Abnormal resting state corticolimbic blood flow in depressed unmedicated patients with major depression: a (15)O-H(2)O PET study.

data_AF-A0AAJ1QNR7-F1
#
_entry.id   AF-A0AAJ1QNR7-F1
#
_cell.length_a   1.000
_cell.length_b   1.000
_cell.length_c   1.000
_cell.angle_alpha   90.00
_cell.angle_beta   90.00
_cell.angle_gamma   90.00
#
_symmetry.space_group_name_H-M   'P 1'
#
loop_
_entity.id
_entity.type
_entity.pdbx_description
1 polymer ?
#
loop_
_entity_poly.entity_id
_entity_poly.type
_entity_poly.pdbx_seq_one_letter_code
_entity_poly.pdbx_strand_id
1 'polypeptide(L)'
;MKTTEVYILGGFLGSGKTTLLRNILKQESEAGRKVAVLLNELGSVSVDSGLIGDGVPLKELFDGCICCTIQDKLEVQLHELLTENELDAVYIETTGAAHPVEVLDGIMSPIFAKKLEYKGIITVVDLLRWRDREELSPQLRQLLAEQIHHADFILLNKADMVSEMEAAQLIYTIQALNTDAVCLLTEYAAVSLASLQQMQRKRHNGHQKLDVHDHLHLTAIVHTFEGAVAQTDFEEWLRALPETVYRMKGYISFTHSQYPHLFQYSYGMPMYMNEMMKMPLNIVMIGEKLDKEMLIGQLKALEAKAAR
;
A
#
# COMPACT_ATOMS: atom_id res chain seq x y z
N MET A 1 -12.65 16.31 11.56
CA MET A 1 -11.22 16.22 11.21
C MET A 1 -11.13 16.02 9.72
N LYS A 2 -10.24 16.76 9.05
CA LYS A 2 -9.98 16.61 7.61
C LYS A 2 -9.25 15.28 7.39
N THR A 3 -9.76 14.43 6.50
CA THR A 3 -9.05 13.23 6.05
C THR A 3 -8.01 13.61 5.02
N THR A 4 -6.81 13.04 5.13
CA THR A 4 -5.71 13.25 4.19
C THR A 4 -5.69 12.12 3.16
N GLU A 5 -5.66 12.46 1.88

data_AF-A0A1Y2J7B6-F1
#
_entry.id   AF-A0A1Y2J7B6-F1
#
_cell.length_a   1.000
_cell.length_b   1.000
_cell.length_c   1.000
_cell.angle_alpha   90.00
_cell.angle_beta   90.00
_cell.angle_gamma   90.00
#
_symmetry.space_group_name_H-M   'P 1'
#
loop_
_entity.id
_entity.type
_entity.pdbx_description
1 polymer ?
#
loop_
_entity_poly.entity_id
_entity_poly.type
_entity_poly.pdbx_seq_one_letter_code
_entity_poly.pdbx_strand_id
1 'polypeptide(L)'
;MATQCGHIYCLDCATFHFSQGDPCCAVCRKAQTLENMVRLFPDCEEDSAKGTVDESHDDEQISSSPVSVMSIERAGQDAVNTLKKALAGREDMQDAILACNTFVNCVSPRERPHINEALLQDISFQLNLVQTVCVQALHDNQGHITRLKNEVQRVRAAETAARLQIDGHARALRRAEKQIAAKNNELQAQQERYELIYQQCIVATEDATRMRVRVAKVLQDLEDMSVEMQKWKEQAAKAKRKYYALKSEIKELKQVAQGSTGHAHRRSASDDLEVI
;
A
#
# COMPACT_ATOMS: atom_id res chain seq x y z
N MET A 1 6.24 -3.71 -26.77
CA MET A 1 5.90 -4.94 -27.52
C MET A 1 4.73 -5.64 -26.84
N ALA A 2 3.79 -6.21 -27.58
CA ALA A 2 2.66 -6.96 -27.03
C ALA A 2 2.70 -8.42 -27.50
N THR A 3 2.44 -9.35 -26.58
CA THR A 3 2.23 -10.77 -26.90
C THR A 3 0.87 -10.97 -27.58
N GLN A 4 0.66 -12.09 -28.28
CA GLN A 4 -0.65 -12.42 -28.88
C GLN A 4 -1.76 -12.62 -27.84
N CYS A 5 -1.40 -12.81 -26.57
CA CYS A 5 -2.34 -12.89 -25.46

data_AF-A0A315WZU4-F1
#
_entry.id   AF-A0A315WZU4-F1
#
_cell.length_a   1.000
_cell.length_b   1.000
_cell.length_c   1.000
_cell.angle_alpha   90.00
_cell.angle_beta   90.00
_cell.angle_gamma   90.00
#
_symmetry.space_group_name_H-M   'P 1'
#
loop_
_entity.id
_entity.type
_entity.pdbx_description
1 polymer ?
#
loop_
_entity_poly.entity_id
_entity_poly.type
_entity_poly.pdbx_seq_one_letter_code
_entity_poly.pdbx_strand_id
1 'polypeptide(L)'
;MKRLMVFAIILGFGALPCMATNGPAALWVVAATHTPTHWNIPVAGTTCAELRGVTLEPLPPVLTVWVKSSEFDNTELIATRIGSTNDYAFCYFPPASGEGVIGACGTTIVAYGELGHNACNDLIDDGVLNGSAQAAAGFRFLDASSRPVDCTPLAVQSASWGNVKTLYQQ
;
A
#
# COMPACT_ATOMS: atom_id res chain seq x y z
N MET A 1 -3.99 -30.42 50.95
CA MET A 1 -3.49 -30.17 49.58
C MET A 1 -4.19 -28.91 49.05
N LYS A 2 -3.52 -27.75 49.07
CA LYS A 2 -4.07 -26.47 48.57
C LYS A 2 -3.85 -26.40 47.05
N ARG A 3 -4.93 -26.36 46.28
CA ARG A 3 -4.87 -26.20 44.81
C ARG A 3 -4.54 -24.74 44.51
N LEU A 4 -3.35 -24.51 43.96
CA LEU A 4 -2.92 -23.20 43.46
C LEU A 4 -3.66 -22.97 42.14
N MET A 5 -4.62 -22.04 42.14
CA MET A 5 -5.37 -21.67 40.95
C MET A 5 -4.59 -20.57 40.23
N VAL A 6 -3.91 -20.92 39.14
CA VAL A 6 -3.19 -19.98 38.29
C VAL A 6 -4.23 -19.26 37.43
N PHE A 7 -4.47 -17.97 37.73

OBJECTIVE To show that PET investigations of brain function in patients with major depression can contribute with valuable pathophysiological knowledge about brain function of these states. METHODS PET studies of cerebral blood flow or glucose metabolism in patients with unipolar or bipolar depression were reviewed. RESULTS The studies have great discrepancies related to sample size, subject selection, imaging protocol and image analysis. In spite of this shortcoming, there is evidence that patients with major depression have reduced blood flow and metabolism in the prefrontal cortex, particularly when they exhibit psychomotor retardation. Abnormalities are also found in the anterior cingulate gyrus and the basal ganglia. A few studies point to the possibility that response to antidepressant treatment can be predicted from PET scans. CONCLUSION This evidence is consistent with the hypothesis that depressive symptoms are caused by dysfunction of regions of the limbic system and the frontal lobes in close connection with the basal ganglia.